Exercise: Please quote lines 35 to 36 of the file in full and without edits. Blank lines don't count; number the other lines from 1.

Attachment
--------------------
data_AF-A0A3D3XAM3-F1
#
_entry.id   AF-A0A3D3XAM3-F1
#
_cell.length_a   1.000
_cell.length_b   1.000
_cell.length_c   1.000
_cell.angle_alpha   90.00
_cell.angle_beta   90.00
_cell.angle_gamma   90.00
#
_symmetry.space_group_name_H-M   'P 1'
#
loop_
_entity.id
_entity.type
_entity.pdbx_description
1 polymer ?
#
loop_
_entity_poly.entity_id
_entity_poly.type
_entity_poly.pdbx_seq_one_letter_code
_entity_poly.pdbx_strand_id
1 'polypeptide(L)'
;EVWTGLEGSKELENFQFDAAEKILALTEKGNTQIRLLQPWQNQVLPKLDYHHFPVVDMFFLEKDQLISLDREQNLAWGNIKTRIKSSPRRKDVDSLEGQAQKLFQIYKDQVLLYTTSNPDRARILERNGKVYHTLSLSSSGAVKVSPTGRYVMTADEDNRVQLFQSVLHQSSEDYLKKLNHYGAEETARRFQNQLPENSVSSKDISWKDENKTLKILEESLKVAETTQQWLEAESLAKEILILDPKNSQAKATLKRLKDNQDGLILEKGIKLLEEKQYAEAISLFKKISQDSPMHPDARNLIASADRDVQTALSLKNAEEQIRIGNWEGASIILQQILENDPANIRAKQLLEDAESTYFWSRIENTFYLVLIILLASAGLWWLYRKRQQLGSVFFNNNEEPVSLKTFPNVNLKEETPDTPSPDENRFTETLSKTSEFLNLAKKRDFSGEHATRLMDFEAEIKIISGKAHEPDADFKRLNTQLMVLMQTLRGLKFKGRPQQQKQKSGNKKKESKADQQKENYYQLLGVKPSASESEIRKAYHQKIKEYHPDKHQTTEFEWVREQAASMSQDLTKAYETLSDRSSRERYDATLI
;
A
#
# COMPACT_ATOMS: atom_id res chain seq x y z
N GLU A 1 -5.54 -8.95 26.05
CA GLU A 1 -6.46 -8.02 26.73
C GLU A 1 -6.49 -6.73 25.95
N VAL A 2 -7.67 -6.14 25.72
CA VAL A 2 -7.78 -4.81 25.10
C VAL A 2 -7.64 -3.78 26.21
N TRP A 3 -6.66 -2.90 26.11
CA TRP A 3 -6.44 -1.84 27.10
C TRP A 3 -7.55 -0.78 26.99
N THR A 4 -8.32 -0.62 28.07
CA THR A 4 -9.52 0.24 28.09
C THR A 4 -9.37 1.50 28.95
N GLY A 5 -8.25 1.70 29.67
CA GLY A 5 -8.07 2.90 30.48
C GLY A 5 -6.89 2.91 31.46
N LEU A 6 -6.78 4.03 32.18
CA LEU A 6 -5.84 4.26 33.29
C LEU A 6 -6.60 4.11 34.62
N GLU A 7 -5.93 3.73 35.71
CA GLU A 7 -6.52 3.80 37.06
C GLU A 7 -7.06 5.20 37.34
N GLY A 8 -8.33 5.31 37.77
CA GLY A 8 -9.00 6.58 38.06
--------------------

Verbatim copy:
CA VAL A 2 -7.78 -4.81 25.10
C VAL A 2 -7.64 -3.78 26.21